As I said earlier, there is nothing in “The Duchess” that hasn’t been seen in the countless other historical melodramas that crop up at awards season every year. The problem with this one is that it never figures out a way of looking at the material in a fresh manner in the way that Sofia Coppola enlivened her brilliant take on “Marie Antoinette” with girlish energy, cannily chosen pop music and a narrative approach that eschewed the big picture to offer a more nuanced vision of what life in the court of Versailles might have been like as seen through the eyes of a young girl who was unexpectedly dropped into the lap of luxury with no real idea of what was going on in the world around her. What is strange about “The Duchess” and its refusal to break free and do something unique is that the material has a couple of elements that could have easily been used as a springboard for just such an approach. For example, the film could have been used to examine the political process and how popular figures can influence matters of state when they choose to make their voices heard , a conceit that has plenty of parallels with the current political climate both here and abroad, but outside of seeing her offering up a few glib remarks at a couple of rallies, we never get a real taste of Georgiana’s celebrated gift for politicking and her ability to sway a crowd. Then there is the fact that Georgiana Spencer was an ancestor of Princess Diana and that many key aspects of their lives (such as their popularity with the people, their loveless marriages and their doomed love affairs) are strikingly similar. And yet, outside of pointing out the most obvious parallels, director Saul Dibb never does anything significant with this aspect as well--he is more concerned with layering his characters in elaborate wigs and period finery than in making them into flesh-and-blood people that we might be interested in.

As a result of this, viewers are left with the vaguely depressing sight of a bunch of gifted actors standing around looking uncomfortable either from the ornate outfits they are wearing or the lack of any dramatic meat in the scenes they have been asked to enact. I am a huge fan of Keira Knightley and while she is pretty much the perfect choice for the role of Georgiana, the lack of anything for her to do except bemoan her fate while clad in a series of elaborate outfits must have come as big of a shock to her as the loveless nature of Georgiana’s marriage must have been to her. She does what she can but while her spirit and beauty are enough to goose things along early on, she seems as let down by the screenplay in the later scenes as we are. As for Ralph Fiennes, this is the kind of role that he could have played in his sleep and at certain points, it seems as if he did just that. I know that he is supposed to be a cad and a lout throughout, but did have to come across as such a boring cad and lout? He comes across as such a one-note character that Elizabeth’s willingness to jeopardize he friendship with Georgiana makes absolutely no sense whatsoever. As for the other characters, they are barely sketched in at all and seem to appear only to provide costume designer Michael O’Connor with additional bodies on which to drape his elaborate finery.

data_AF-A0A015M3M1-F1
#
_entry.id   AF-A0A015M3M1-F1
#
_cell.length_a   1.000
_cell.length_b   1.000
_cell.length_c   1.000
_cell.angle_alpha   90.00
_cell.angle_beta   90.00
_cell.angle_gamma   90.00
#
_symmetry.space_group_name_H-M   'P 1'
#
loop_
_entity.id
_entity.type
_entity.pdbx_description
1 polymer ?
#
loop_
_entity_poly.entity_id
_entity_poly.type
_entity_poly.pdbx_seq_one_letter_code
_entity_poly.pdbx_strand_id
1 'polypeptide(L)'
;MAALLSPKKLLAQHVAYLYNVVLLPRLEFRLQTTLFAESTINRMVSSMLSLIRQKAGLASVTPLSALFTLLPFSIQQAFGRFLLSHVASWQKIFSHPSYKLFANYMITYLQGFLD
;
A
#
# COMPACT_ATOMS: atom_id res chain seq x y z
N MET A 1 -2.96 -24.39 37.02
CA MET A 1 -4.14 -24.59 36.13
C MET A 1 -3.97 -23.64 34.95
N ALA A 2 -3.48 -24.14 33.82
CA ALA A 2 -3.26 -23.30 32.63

If you are a stone-cold fanatic for this type of historical melodrama--the kind who pretty much wholeheartedly adores each and every movie of its kind without the slightest reservation--you are probably going to love “The Duchess” because there is a very good chance that every single thing that you have ever loved about this kind of filmmaking can be found at some point during its two-hour running time. However, if you aren’t the kind of devotee who will swallow any film of this type without hesitation simply because it is part of a favorite genre, you are likely to grow bored and restless after a while when it becomes painfully clear that it has no intention of doing anything that you haven’t seen done better a dozen times before.

link directly to this review at https://www.hollywoodbitchslap.com/review.php?movie=17034&reviewer=389
originally posted: 09/26/08 00:00:00
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OFFICIAL SELECTION: 2008 Toronto International Film Festival For more in the 2008 Toronto International Film Festival series, click here.

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  19-Sep-2008 (PG-13)
  DVD: 28-Dec-2008


  DVD: 28-Dec-2008